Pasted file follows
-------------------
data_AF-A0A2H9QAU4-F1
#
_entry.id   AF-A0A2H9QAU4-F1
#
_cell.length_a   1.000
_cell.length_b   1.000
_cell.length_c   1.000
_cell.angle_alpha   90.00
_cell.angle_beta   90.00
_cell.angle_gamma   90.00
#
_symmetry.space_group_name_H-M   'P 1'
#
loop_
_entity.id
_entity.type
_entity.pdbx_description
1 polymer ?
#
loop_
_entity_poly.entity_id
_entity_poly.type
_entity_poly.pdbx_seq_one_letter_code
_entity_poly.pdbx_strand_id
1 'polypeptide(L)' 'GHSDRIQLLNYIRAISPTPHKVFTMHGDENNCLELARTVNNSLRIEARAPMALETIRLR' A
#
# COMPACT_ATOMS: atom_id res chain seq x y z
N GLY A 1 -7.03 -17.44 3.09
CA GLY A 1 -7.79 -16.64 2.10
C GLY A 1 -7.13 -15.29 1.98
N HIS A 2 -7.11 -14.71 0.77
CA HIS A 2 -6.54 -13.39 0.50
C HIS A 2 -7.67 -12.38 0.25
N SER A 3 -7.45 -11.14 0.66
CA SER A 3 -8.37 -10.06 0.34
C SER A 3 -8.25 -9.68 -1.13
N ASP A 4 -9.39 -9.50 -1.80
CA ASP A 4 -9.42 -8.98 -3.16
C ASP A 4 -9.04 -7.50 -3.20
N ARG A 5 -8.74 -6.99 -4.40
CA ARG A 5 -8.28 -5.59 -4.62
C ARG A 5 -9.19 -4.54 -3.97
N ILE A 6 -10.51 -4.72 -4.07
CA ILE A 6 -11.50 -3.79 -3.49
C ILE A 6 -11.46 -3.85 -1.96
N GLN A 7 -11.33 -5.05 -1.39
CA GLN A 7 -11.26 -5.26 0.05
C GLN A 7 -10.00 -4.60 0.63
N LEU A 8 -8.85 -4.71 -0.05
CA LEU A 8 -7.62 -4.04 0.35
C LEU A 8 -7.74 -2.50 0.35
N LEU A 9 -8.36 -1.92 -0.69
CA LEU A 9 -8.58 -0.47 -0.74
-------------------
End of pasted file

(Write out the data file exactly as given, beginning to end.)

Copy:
data_AF-A0A2H9QAU4-F1
#
_entry.id   AF-A0A2H9QAU4-F1
#
_cell.length_a   1.000
_cell.length_b   1.000
_cell.length_c   1.000
_cell.angle_alpha   90.00
_cell.angle_beta   90.00
_cell.angle_gamma   90.00
#
_symmetry.space_group_name_H-M   'P 1'
#
loop_
_entity.id
_entity.type
_entity.pdbx_description
1 polymer ?
#
loop_
_entity_poly.entity_id
_entity_poly.type
_entity_poly.pdbx_seq_one_letter_code
_entity_poly.pdbx_strand_id
1 'polypeptide(L)' 'GHSDRIQLLNYIRAISPTPHKVFTMHGDENNCLELARTVNNSLRIEARAPMALETIRLR' A
#
# COMPACT_ATOMS: atom_id res chain seq x y z
N GLY A 1 -7.03 -17.44 3.09
CA GLY A 1 -7.79 -16.64 2.10
C GLY A 1 -7.13 -15.29 1.98
N HIS A 2 -7.11 -14.71 0.77
CA HIS A 2 -6.54 -13.39 0.50
C HIS A 2 -7.67 -12.38 0.25
N SER A 3 -7.45 -11.14 0.66
CA SER A 3 -8.37 -10.06 0.34
C SER A 3 -8.25 -9.68 -1.13
N ASP A 4 -9.39 -9.50 -1.80
CA ASP A 4 -9.42 -8.98 -3.16
C ASP A 4 -9.04 -7.50 -3.20
N ARG A 5 -8.74 -6.99 -4.40
CA ARG A 5 -8.28 -5.59 -4.62
C ARG A 5 -9.19 -4.54 -3.97
N ILE A 6 -10.51 -4.72 -4.07
CA ILE A 6 -11.50 -3.79 -3.49
C ILE A 6 -11.46 -3.85 -1.96
N GLN A 7 -11.33 -5.05 -1.39
CA GLN A 7 -11.26 -5.26 0.05
C GLN A 7 -10.00 -4.60 0.63
N LEU A 8 -8.85 -4.71 -0.05
CA LEU A 8 -7.62 -4.04 0.35
C LEU A 8 -7.74 -2.50 0.35
N LEU A 9 -8.36 -1.92 -0.69
CA LEU A 9 -8.58 -0.47 -0.74